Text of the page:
Anyway, you get the point. Well, maybe not. You maybe thinking my sons are disrespectful inappropriate crass boys with mouths like a truck driver.

Not exactly...

While they are not perfect angels all of the time, they are great kids. They work hard in school and get excellent grades. They love to read. They have an outrageous sense of humor. They love each other fiercely and are best friends. They care for our English Bully, Artie and our new huge family of fish. We treat them with respect and they treat us and others with respect. We talk to them. They are not afraid to ask us questions because they know they will get an honest answer. There is NO topic in our home that is off limits. I never want to shut down any line of communication no matter how uncomfortable the subject maybe for us as parents.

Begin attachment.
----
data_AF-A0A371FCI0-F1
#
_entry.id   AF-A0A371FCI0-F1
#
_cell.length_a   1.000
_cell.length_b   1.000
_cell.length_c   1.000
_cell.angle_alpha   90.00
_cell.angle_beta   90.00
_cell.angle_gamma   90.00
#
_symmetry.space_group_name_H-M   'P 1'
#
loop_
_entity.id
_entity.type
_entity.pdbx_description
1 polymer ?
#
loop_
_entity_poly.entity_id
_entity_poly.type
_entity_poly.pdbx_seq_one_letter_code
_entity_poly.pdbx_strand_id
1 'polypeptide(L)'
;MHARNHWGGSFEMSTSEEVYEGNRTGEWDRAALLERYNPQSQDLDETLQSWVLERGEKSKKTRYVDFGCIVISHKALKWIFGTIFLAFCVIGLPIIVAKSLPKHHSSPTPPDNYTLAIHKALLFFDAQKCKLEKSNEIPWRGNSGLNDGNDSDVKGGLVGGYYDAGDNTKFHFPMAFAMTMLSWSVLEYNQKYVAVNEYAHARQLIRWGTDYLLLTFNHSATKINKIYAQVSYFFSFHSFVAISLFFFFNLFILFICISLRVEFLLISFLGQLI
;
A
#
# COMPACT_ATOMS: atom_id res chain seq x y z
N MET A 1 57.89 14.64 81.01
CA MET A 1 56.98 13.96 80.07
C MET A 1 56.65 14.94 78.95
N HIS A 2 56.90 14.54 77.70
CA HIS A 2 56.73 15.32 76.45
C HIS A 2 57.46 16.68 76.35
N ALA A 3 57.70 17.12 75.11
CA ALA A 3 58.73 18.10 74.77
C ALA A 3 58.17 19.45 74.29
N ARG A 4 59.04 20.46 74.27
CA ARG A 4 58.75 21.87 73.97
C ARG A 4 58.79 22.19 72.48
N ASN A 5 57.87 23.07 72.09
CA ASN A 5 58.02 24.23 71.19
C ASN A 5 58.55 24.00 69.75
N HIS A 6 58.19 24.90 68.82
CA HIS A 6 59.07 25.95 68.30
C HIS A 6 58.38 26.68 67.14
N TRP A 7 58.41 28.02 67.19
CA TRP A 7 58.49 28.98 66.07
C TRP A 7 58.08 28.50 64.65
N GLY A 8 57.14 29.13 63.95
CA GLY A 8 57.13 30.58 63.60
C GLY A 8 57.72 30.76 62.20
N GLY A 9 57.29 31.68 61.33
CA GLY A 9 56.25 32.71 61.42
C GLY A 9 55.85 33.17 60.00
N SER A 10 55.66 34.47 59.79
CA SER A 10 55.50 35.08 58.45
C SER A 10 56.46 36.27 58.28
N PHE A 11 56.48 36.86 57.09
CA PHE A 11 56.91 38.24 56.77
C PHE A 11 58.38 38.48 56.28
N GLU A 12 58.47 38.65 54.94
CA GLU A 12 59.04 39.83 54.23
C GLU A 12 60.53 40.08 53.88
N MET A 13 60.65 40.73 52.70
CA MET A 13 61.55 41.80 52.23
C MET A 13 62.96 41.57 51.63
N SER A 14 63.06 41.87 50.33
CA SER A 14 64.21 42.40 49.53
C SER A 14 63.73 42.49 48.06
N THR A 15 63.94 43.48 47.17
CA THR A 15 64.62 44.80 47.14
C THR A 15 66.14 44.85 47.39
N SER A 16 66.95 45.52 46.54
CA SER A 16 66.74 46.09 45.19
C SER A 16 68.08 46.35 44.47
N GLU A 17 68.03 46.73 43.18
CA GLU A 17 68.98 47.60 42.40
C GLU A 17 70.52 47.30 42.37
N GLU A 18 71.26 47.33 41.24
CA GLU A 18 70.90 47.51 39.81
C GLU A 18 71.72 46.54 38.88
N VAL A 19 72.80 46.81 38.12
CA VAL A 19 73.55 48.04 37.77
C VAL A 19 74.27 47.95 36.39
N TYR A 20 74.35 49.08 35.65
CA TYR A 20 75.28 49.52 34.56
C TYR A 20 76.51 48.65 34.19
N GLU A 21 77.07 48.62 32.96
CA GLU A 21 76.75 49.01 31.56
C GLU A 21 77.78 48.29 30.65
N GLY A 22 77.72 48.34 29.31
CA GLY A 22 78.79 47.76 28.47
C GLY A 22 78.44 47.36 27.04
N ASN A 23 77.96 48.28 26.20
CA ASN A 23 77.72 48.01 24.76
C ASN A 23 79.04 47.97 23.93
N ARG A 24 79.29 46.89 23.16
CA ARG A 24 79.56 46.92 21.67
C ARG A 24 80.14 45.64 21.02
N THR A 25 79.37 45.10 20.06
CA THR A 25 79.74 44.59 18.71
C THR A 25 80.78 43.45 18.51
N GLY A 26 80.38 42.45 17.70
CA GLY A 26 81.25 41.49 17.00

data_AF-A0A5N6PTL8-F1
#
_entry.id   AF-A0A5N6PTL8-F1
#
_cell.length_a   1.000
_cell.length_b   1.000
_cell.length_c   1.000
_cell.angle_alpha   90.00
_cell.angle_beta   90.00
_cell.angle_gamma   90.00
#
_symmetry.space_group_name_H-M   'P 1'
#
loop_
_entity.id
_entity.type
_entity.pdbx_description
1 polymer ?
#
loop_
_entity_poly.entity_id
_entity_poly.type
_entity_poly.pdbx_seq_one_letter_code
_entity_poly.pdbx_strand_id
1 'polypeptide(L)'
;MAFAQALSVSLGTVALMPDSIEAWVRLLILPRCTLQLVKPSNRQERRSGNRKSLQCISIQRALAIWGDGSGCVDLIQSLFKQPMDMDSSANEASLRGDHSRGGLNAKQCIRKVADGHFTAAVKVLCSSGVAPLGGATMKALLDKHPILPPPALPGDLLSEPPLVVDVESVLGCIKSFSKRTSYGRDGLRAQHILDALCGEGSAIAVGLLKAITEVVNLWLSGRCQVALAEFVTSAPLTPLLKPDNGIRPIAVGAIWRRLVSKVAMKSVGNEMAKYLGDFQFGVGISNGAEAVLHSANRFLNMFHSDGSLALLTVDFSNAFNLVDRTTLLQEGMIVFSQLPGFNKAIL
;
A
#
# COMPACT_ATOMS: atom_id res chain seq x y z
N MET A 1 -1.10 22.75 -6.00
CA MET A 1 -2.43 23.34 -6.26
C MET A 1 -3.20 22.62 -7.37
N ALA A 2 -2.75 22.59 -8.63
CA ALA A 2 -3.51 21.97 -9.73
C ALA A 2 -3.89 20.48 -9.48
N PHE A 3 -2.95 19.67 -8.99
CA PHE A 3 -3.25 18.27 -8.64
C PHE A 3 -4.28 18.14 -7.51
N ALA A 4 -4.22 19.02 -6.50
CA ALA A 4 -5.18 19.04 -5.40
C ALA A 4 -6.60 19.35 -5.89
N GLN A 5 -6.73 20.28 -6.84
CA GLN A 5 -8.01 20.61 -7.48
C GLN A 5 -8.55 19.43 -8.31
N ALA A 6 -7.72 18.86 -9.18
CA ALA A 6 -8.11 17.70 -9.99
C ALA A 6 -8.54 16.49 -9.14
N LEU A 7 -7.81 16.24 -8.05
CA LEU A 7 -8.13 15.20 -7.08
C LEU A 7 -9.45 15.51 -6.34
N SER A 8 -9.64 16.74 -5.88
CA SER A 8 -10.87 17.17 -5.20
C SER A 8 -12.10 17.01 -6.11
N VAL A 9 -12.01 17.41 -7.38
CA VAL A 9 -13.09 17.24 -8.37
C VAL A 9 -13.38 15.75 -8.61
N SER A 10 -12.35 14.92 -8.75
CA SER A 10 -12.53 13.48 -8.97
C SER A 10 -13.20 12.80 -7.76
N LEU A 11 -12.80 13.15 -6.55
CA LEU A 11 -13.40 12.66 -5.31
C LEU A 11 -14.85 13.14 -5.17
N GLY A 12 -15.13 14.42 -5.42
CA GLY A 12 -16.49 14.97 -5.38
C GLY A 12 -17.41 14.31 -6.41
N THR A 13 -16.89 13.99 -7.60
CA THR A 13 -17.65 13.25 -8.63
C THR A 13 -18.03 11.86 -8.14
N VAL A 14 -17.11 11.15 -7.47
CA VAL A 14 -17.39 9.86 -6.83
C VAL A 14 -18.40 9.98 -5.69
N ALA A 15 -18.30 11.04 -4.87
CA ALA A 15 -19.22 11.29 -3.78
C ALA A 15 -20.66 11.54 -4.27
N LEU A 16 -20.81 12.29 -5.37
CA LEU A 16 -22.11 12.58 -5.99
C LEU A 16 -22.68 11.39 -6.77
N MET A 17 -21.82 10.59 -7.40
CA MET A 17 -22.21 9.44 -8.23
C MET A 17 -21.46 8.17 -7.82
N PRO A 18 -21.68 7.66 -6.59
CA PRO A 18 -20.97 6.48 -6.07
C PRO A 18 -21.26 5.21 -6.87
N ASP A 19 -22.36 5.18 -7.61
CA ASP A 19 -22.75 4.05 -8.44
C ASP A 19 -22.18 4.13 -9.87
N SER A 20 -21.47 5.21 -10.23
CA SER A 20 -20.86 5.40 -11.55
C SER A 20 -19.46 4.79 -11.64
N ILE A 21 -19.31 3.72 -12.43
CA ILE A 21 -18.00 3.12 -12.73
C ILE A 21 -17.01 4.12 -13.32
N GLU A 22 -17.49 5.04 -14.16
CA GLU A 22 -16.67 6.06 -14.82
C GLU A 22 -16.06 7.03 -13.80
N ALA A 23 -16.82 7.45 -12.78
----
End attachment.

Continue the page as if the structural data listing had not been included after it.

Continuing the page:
I don't care what anyone thinks of me or my parenting. Remember, I really never have. I'm not making these decisions because they are easy or look good to society. I'm making them because I'm doing what I feel is right for my family. I'm not perfect. Our approach wouldn't work for everyone. We creating our own path as a family. The only opinions that matter to me on my parenting will be Anthony and Vinny's when they are in their 20's and 30's and beyond. They can be the judge and jury.

3 comments:

Jannis said...

Amen, Jamie! If only all kids had parents that cared like you and Tony do. I see too many parents that talk the talk, but don't follow through. I was only with Vinny for 2 weeks in kindergarten, but he is a great kid! Keep up the great work!

Jf said...

Thanks Jannis! Very nice of you to say. We were so sad that Vinny didn't end up having you for a teacher. School was the first main reason for moving. The other things discussed in this article were the reason we moved to the area that we did.

Many students are lucky to have you as a teacher!

Curlygeekfashion said...

These are great Pictures! really impressed about the colors ...donno why but i am :D your photographies
are really really good *_*

greetings from switzerland :)